As widely publicised, Jeremy Paxman has got himself into trouble lately. During a practice run for his Edinburgh comic stand-up routine (‘Paxo’), he recommended Dignitas clinics masquerading as tea shops into which we could lead the unsuspecting old people who, according to him, overrun us and misunderstand that the state owes them. A modern-day Sweeney Todd regime.
Genocide jokes against any recognised demographic slice aren’t funny. But while old people humour may be off-limits, old age comedy is possibly a different matter.
We all know why Paxo did it. His hammed-up prejudice was rooted in fear: he confessed that according to prevailing pension rights definitions, he’s about to become an ‘old man’ himself. Why is this scary? Because, he said, the number of older people is growing. In the UK in 2013, more than 10 million were over 65; by 2050, the predicted figure is 19 million. As long ago as 1989, the International Labour Organisation pointed out that in most developed countries there had been a dramatic vertical growth in families at the expense of horizontal shrinkage. The four-generation family had arrived, with an 85-year-old likely to be cared for by a 60-year-old child, who might in turn be supporting a 40-year-old child and that child’s teenage offspring: this due to the population’s overall decreased fertility and increased longevity. The ILO described the trend as a shift in demographic shape from a pyramid to a pillar.
But why do sheer numbers scare us so?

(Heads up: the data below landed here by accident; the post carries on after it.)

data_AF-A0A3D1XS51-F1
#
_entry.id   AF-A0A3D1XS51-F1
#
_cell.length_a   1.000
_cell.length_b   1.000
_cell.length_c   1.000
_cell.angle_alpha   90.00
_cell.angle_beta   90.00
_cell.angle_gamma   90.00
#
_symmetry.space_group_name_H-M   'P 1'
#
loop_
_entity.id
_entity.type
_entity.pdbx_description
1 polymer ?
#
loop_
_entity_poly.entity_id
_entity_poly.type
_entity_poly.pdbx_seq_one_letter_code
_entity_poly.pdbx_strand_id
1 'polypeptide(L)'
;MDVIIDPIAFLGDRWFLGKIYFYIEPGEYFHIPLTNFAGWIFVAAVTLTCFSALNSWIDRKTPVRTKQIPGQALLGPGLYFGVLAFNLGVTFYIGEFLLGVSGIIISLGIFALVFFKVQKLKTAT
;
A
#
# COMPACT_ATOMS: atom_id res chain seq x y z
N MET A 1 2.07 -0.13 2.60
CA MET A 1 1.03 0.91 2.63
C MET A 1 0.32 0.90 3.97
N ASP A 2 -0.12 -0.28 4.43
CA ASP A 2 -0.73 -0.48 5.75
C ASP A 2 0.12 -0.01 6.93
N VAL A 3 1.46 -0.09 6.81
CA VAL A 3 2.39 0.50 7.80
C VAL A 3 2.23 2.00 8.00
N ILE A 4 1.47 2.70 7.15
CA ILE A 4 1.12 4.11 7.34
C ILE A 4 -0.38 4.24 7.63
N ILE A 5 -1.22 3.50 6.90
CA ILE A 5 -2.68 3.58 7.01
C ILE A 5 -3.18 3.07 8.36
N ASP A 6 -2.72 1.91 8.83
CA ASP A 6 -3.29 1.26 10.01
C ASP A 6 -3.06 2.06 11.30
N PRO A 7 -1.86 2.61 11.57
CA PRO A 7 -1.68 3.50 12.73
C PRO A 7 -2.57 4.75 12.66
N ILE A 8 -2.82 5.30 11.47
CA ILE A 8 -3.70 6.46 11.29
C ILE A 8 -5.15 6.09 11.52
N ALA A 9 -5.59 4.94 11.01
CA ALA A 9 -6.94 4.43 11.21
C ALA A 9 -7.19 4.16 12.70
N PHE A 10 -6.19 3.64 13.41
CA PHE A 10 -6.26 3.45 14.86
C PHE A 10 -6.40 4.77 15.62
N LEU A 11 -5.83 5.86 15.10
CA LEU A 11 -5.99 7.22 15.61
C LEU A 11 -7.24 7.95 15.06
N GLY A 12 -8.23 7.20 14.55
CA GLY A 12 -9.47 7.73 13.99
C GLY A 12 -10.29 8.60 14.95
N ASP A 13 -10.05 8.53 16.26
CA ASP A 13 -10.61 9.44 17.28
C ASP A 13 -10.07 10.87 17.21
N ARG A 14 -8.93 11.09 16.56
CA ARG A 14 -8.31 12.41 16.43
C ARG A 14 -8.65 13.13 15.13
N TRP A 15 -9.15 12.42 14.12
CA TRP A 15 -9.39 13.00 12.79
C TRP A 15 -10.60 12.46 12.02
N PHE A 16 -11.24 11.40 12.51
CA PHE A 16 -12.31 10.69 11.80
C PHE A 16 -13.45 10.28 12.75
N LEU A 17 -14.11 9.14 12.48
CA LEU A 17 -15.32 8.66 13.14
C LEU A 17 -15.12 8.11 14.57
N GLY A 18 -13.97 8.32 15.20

The first issue lies around consumption: ‘They’re sucking us dry.’ We resist the notion that the elderly are consuming huge quantities of scarce resources. The UK’s Department for Work and Pensions stated in 2013 that 65% of its spending was on those over working age; the UK’s Department of Public Health estimated in 2013 that someone over 85 was about three times more expensive to care for than someone between 65 and 75.
The second issue is about succession: ‘They’re stamping us down.’ Many believe that older people should sacrifice the jobs and social positions they hold, especially if they’re attractive ones, to allow younger hopefuls their ‘turn’: the underlying assumption being that this is an inter-generational competition.
The third issue revolves around older people’s image and identity: ‘They’re imitating us better than we do.’ Older people are healthier longer these days, and are also reaping the benefit of treatments, cosmetics and fashions to make themselves look younger. Yet there’s an underlying expectation that the elderly should not appear, or act, younger (again, surely through fear of competition – as well as a kind of outrage that our ‘elders and betters’ are breaking societal rules.)(http://www.academia.edu/2554283/Act_Your_Old_Age_Prescriptive_Ageist_Biases_over_Succession_Consumption_and_Identity)
I’d add a fourth issue, aesthetic squeamishness: ‘They’re making the place ugly.’ In this age of image-hyperconsciousness, we’re simultaneously, self-contradictorily, repulsed by appearance stereotypes of the old: wrinkling, shrinkage, incontinence, bandages and tubing, weakening, encroaching stupidity, dribbling and bad dentistry. Scary, then, that the statistics tell us that we should expect to see much more of it.